Genetically encoded fluorescent proteins (FPs), and biosensors based on them, provide new insights into how living cells and tissues function. Ultimately, the goal of the bioimaging community is to use these probes deep in tissues and even in entire organisms, and this will require two-photon laser scanning microscopy (TPLSM), with its greater tissue penetration, lower autofluorescence background, and minimum photodamage in the out-of-focus volume. However, the extremely high instantaneous light intensities of femtosecond pulses in the focal volume dramatically increase the probability of further stepwise resonant photon absorption, leading to highly excited, ionizable and reactive states, often resulting in fast bleaching of fluorescent proteins in TPLSM. Here, we show that the femtosecond multiphoton excitation of red FPs (DsRed2 and mFruits), both in solution and live cells, results in a chain of consecutive, partially reversible reactions, with individual rates driven by a high-order (3-5 photon) absorption. The first step of this process corresponds to a three- (DsRed2) or four-photon (mFruits) induced fast isomerization of the chromophore, yielding intermediate fluorescent forms, which then subsequently transform into nonfluorescent products. Our experimental data and model calculations are consistent with a mechanism in which ultrafast electron transfer from the chromophore to a neighboring positively charged amino acid residue triggers the first step of multiphoton chromophore transformations in DsRed2 and mFruits, consisting of decarboxylation of a nearby deprotonated glutamic acid residue.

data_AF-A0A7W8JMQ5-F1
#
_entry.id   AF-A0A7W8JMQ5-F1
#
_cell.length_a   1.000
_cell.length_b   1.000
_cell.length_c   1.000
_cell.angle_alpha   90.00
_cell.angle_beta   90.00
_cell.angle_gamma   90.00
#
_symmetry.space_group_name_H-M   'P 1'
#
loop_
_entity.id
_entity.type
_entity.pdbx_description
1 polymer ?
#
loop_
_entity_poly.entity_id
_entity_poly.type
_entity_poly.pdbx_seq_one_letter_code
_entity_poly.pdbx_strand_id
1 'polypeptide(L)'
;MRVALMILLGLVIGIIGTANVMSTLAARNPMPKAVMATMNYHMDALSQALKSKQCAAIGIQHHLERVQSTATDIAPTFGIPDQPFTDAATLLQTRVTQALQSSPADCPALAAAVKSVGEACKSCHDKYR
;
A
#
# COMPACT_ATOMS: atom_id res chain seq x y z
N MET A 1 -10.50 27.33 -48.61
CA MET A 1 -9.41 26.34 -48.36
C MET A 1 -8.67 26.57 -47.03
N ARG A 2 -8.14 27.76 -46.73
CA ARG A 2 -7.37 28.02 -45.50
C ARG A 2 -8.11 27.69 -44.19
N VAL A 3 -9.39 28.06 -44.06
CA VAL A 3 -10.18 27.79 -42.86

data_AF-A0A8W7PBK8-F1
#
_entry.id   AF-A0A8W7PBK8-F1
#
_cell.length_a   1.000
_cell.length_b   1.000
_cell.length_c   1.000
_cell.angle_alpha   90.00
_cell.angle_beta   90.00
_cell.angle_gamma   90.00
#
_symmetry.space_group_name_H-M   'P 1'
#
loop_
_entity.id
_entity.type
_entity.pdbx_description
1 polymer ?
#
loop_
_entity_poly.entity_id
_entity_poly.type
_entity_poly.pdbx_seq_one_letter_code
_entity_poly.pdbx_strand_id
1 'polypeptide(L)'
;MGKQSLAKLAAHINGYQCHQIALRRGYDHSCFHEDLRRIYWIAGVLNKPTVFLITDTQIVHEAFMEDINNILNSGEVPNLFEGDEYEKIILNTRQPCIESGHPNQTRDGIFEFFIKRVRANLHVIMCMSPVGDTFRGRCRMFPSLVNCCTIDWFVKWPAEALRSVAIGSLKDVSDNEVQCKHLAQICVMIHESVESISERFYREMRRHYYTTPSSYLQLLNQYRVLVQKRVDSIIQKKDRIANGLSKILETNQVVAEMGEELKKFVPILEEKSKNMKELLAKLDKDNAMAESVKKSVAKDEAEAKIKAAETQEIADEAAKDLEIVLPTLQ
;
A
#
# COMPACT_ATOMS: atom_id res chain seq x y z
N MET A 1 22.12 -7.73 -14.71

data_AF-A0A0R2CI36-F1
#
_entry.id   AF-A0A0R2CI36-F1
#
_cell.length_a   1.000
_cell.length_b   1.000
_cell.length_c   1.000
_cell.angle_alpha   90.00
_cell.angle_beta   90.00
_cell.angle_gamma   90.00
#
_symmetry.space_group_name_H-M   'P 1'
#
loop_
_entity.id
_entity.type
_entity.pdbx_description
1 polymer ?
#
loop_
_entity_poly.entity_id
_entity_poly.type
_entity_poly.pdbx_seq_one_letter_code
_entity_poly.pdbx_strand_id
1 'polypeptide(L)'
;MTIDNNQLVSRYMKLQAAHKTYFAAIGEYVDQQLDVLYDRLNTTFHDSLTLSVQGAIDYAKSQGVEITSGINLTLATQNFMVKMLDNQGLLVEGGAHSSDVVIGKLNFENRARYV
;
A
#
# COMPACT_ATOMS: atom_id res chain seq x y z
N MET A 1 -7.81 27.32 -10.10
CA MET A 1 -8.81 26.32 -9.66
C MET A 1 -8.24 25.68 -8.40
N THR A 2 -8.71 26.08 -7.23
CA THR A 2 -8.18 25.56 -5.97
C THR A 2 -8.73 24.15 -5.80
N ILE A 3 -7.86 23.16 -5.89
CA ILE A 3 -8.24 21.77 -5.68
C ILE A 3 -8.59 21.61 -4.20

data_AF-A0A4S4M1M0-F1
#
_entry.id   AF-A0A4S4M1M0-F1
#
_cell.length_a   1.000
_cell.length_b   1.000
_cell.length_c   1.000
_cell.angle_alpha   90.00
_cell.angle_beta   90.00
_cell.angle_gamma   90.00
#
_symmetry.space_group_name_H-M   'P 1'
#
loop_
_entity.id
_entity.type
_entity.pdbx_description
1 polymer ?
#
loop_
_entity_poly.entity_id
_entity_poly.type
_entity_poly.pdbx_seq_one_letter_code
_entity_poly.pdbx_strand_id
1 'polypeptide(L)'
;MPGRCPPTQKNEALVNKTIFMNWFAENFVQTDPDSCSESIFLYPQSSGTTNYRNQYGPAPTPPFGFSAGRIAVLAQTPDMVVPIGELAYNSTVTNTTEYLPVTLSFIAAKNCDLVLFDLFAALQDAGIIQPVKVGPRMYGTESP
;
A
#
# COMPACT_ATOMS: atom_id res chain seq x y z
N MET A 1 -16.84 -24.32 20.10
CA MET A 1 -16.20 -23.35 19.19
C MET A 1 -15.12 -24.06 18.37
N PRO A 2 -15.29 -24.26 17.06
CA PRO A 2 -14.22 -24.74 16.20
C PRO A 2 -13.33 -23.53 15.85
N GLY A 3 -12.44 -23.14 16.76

Show MeSH
Related in: MedlinePlus